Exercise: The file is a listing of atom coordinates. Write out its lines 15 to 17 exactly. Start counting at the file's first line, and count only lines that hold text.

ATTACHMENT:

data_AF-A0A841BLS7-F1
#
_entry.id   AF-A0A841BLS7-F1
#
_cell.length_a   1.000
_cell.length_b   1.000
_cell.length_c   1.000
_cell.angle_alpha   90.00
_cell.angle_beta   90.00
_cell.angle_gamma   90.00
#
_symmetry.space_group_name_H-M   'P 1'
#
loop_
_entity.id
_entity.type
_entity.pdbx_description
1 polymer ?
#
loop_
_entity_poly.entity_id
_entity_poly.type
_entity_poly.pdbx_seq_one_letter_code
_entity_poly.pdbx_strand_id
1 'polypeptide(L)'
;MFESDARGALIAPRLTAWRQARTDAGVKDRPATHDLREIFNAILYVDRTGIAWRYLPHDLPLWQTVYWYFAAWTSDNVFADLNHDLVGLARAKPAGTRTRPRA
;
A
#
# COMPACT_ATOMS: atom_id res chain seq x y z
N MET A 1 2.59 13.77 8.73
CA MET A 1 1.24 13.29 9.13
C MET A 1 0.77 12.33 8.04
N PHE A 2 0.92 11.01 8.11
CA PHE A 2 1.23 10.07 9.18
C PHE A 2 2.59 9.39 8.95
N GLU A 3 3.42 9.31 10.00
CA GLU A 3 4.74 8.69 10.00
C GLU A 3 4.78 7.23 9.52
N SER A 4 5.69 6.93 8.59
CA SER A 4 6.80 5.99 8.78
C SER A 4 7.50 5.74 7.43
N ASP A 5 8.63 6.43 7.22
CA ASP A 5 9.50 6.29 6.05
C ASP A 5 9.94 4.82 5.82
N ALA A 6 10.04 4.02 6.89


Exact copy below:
_entity.id
_entity.type
_entity.pdbx_description